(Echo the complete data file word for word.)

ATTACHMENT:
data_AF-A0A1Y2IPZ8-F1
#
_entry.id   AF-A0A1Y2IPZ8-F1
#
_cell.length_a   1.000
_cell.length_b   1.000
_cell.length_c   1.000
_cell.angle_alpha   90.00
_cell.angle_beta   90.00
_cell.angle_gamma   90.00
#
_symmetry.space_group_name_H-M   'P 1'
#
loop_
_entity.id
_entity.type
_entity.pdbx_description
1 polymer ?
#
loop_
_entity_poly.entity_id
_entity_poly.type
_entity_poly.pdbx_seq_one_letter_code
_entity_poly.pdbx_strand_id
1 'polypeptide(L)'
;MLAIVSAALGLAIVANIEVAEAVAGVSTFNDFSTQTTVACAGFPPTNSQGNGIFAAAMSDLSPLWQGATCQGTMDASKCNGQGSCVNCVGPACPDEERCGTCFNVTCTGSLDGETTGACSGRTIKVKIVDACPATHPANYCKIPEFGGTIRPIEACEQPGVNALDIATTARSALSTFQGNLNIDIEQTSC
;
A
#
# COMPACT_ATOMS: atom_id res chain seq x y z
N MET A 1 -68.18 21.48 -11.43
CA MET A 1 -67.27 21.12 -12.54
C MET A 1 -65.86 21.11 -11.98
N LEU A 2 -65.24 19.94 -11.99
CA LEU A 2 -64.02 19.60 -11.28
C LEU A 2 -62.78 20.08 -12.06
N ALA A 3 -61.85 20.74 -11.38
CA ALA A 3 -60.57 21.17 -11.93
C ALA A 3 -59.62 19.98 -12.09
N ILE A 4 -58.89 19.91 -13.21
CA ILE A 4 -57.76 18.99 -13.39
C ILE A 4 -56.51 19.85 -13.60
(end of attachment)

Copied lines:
data_AF-A0A1Y2IPZ8-F1
#
_entry.id   AF-A0A1Y2IPZ8-F1
#
_cell.length_a   1.000
_cell.length_b   1.000
_cell.length_c   1.000
_cell.angle_alpha   90.00
_cell.angle_beta   90.00
_cell.angle_gamma   90.00
#
_symmetry.space_group_name_H-M   'P 1'
#
loop_
_entity.id
_entity.type
_entity.pdbx_description
1 polymer ?
#
loop_
_entity_poly.entity_id
_entity_poly.type
_entity_poly.pdbx_seq_one_letter_code
_entity_poly.pdbx_strand_id
1 'polypeptide(L)'
;MLAIVSAALGLAIVANIEVAEAVAGVSTFNDFSTQTTVACAGFPPTNSQGNGIFAAAMSDLSPLWQGATCQGTMDASKCNGQGSCVNCVGPACPDEERCGTCFNVTCTGSLDGETTGACSGRTIKVKIVDACPATHPANYCKIPEFGGTIRPIEACEQPGVNALDIATTARSALSTFQGNLNIDIEQTSC
;
A
#
# COMPACT_ATOMS: atom_id res chain seq x y z
N MET A 1 -68.18 21.48 -11.43
CA MET A 1 -67.27 21.12 -12.54
C MET A 1 -65.86 21.11 -11.98
N LEU A 2 -65.24 19.94 -11.99
CA LEU A 2 -64.02 19.60 -11.28
C LEU A 2 -62.78 20.08 -12.06
N ALA A 3 -61.85 20.74 -11.38
CA ALA A 3 -60.57 21.17 -11.93
C ALA A 3 -59.62 19.98 -12.09
N ILE A 4 -58.89 19.91 -13.21
CA ILE A 4 -57.76 18.99 -13.39
C ILE A 4 -56.51 19.85 -13.60